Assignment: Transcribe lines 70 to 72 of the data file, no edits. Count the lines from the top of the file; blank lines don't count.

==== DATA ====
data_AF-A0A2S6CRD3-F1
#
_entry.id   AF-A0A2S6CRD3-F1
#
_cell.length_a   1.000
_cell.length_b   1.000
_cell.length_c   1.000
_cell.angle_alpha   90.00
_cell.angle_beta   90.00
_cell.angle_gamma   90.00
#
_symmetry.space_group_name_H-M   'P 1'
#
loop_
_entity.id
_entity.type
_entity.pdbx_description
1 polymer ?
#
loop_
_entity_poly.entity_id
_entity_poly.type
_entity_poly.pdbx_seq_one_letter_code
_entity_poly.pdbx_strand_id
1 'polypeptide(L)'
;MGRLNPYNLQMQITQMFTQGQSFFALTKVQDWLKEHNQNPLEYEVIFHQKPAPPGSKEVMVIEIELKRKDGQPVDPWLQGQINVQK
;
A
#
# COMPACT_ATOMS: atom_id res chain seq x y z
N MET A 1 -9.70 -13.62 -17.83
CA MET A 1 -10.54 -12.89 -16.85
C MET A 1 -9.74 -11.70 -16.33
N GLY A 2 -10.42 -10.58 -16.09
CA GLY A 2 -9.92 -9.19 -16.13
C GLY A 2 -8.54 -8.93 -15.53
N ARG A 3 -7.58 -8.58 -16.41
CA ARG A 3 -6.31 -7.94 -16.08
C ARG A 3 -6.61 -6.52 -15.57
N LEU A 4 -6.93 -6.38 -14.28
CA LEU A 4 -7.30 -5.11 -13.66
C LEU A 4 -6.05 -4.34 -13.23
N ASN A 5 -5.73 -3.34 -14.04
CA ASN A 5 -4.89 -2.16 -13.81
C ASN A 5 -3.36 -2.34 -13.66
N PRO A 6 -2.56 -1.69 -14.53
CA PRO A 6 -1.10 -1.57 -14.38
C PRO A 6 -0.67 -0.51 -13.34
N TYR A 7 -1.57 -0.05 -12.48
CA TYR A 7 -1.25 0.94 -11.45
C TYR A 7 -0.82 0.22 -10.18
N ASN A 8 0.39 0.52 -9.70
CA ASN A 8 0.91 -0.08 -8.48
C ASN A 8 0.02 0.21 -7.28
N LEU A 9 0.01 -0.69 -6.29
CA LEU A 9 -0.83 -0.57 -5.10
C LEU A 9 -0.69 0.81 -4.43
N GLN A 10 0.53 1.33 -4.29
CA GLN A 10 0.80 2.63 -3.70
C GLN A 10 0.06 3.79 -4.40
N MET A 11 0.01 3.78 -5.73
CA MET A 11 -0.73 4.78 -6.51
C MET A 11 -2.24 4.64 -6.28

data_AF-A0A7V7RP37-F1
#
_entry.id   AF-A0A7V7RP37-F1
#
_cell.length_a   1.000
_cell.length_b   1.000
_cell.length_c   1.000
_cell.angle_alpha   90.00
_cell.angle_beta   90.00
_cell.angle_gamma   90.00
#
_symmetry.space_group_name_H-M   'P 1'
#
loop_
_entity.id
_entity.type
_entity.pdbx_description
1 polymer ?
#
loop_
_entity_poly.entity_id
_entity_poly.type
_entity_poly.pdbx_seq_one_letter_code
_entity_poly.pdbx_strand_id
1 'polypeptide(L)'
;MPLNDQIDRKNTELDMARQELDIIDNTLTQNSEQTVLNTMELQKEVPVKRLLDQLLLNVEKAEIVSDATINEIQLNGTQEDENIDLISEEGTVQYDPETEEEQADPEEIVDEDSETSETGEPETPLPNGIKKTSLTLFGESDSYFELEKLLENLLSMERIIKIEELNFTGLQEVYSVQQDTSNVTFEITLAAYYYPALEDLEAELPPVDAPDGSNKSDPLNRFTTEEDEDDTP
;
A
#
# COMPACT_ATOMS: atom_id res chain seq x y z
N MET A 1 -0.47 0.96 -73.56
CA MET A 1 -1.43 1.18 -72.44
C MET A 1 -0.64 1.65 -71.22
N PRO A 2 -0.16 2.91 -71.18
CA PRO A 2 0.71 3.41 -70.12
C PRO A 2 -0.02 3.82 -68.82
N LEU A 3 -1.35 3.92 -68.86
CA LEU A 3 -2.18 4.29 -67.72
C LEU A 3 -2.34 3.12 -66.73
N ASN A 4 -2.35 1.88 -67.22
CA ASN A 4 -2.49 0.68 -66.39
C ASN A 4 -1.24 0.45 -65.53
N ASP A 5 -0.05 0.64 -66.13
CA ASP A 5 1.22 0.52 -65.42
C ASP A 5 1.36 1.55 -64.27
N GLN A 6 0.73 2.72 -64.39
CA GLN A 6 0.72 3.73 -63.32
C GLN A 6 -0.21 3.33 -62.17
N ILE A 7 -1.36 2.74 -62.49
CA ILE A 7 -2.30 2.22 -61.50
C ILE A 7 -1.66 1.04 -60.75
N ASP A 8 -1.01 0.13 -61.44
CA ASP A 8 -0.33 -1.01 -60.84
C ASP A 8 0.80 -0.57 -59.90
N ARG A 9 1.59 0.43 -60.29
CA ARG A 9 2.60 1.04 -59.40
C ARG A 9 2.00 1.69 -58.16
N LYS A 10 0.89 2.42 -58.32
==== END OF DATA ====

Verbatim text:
_cell.length_c   1.000
_cell.angle_alpha   90.00
_cell.angle_beta   90.00